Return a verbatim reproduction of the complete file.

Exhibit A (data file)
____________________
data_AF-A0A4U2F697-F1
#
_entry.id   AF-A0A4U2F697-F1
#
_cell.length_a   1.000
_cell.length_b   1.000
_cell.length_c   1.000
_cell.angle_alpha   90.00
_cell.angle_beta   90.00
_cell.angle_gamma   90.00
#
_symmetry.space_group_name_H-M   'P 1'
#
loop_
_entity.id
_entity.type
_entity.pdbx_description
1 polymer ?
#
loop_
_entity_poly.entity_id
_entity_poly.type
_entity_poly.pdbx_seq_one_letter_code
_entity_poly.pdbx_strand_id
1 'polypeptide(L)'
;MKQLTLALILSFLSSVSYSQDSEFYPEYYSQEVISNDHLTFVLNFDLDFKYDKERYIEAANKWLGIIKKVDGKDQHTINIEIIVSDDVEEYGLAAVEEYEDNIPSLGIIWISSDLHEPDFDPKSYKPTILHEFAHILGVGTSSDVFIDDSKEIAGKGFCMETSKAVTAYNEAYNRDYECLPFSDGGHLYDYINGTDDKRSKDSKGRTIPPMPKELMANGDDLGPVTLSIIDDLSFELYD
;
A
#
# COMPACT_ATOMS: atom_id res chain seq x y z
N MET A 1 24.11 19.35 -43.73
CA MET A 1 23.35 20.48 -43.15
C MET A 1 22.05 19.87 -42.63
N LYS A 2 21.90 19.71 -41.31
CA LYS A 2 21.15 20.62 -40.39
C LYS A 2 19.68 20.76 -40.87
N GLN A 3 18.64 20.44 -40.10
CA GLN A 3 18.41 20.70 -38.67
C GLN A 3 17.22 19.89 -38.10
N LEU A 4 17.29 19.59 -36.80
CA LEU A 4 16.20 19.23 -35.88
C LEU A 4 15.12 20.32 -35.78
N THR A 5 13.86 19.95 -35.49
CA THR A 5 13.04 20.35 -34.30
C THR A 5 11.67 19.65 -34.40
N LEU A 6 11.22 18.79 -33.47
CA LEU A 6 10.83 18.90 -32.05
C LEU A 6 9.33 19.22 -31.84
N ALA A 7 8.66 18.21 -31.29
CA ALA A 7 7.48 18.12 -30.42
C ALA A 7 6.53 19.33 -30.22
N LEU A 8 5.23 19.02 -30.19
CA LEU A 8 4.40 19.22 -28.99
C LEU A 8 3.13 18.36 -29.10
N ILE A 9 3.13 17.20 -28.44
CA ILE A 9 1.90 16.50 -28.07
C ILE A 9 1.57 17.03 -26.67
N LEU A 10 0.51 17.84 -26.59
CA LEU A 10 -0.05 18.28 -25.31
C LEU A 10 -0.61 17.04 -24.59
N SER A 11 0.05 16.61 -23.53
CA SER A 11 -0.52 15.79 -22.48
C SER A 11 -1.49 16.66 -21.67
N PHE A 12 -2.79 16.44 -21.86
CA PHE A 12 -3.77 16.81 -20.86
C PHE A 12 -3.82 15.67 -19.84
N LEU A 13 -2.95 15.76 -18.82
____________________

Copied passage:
data_AF-A0A4U2F697-F1
#
_entry.id   AF-A0A4U2F697-F1
#
_cell.length_a   1.000
_cell.length_b   1.000
_cell.length_c   1.000
_cell.angle_alpha   90.00
_cell.angle_beta   90.00
_cell.angle_gamma   90.00
#
_symmetry.space_group_name_H-M   'P 1'
#
loop_
_entity.id
_entity.type
_entity.pdbx_description
1 polymer ?
#
loop_
_entity_poly.entity_id
_entity_poly.type
_entity_poly.pdbx_seq_one_letter_code
_entity_poly.pdbx_strand_id
1 'polypeptide(L)'
;MKQLTLALILSFLSSVSYSQDSEFYPEYYSQEVISNDHLTFVLNFDLDFKYDKERYIEAANKWLGIIKKVDGKDQHTINIEIIVSDDVEEYGLAAVEEYEDNIPSLGIIWISSDLHEPDFDPKSYKPTILHEFAHILGVGTSSDVFIDDSKEIAGKGFCMETSKAVTAYNEAYNRDYECLPFSDGGHLYDYINGTDDKRSKDSKGRTIPPMPKELMANGDDLGPVTLSIIDDLSFELYD
;
A
#
# COMPACT_ATOMS: atom_id res chain seq x y z
N MET A 1 24.11 19.35 -43.73
CA MET A 1 23.35 20.48 -43.15
C MET A 1 22.05 19.87 -42.63
N LYS A 2 21.90 19.71 -41.31
CA LYS A 2 21.15 20.62 -40.39
C LYS A 2 19.68 20.76 -40.87
N GLN A 3 18.64 20.44 -40.10
CA GLN A 3 18.41 20.70 -38.67
C GLN A 3 17.22 19.89 -38.10
N LEU A 4 17.29 19.59 -36.80
CA LEU A 4 16.20 19.23 -35.88
C LEU A 4 15.12 20.32 -35.78
N THR A 5 13.86 19.95 -35.49
CA THR A 5 13.04 20.35 -34.30
C THR A 5 11.67 19.65 -34.40
N LEU A 6 11.22 18.79 -33.47
CA LEU A 6 10.83 18.90 -32.05
C LEU A 6 9.33 19.22 -31.84
N ALA A 7 8.66 18.21 -31.29
CA ALA A 7 7.48 18.12 -30.42
C ALA A 7 6.53 19.33 -30.22
N LEU A 8 5.23 19.02 -30.19
CA LEU A 8 4.40 19.22 -28.99
C LEU A 8 3.13 18.36 -29.10
N ILE A 9 3.13 17.20 -28.44
CA ILE A 9 1.90 16.50 -28.07
C ILE A 9 1.57 17.03 -26.67
N LEU A 10 0.51 17.84 -26.59
CA LEU A 10 -0.05 18.28 -25.31
C LEU A 10 -0.61 17.04 -24.59
N SER A 11 0.05 16.61 -23.53
CA SER A 11 -0.52 15.79 -22.48
C SER A 11 -1.49 16.66 -21.67
N PHE A 12 -2.79 16.44 -21.86
CA PHE A 12 -3.77 16.81 -20.86
C PHE A 12 -3.82 15.67 -19.84
N LEU A 13 -2.95 15.76 -18.82